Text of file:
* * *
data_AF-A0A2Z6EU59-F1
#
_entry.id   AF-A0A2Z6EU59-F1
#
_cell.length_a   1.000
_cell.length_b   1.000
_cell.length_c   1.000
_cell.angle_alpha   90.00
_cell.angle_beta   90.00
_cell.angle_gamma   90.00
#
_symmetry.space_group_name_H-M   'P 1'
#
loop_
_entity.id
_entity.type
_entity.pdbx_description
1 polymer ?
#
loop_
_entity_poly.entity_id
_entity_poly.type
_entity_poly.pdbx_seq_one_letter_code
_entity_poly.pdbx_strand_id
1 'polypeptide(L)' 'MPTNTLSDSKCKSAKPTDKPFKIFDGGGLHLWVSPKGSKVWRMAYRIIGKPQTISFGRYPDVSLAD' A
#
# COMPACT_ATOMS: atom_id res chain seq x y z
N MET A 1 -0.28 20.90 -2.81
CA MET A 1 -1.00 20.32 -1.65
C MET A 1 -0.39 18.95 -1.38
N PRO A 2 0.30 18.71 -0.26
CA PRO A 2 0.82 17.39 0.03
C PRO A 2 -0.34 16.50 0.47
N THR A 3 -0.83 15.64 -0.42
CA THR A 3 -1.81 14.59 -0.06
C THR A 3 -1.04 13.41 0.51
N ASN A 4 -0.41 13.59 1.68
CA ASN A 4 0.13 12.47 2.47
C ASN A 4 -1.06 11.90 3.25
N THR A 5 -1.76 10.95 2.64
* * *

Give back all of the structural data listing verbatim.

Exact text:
data_AF-A0A2Z6EU59-F1
#
_entry.id   AF-A0A2Z6EU59-F1
#
_cell.length_a   1.000
_cell.length_b   1.000
_cell.length_c   1.000
_cell.angle_alpha   90.00
_cell.angle_beta   90.00
_cell.angle_gamma   90.00
#
_symmetry.space_group_name_H-M   'P 1'
#
loop_
_entity.id
_entity.type
_entity.pdbx_description
1 polymer ?
#
loop_
_entity_poly.entity_id
_entity_poly.type
_entity_poly.pdbx_seq_one_letter_code
_entity_poly.pdbx_strand_id
1 'polypeptide(L)' 'MPTNTLSDSKCKSAKPTDKPFKIFDGGGLHLWVSPKGSKVWRMAYRIIGKPQTISFGRYPDVSLAD' A
#
# COMPACT_ATOMS: atom_id res chain seq x y z
N MET A 1 -0.28 20.90 -2.81
CA MET A 1 -1.00 20.32 -1.65
C MET A 1 -0.39 18.95 -1.38
N PRO A 2 0.30 18.71 -0.26
CA PRO A 2 0.82 17.39 0.03
C PRO A 2 -0.34 16.50 0.47
N THR A 3 -0.83 15.64 -0.42
CA THR A 3 -1.81 14.59 -0.06
C THR A 3 -1.04 13.41 0.51
N ASN A 4 -0.41 13.59 1.68
CA ASN A 4 0.13 12.47 2.47
C ASN A 4 -1.06 11.90 3.25
N THR A 5 -1.76 10.95 2.64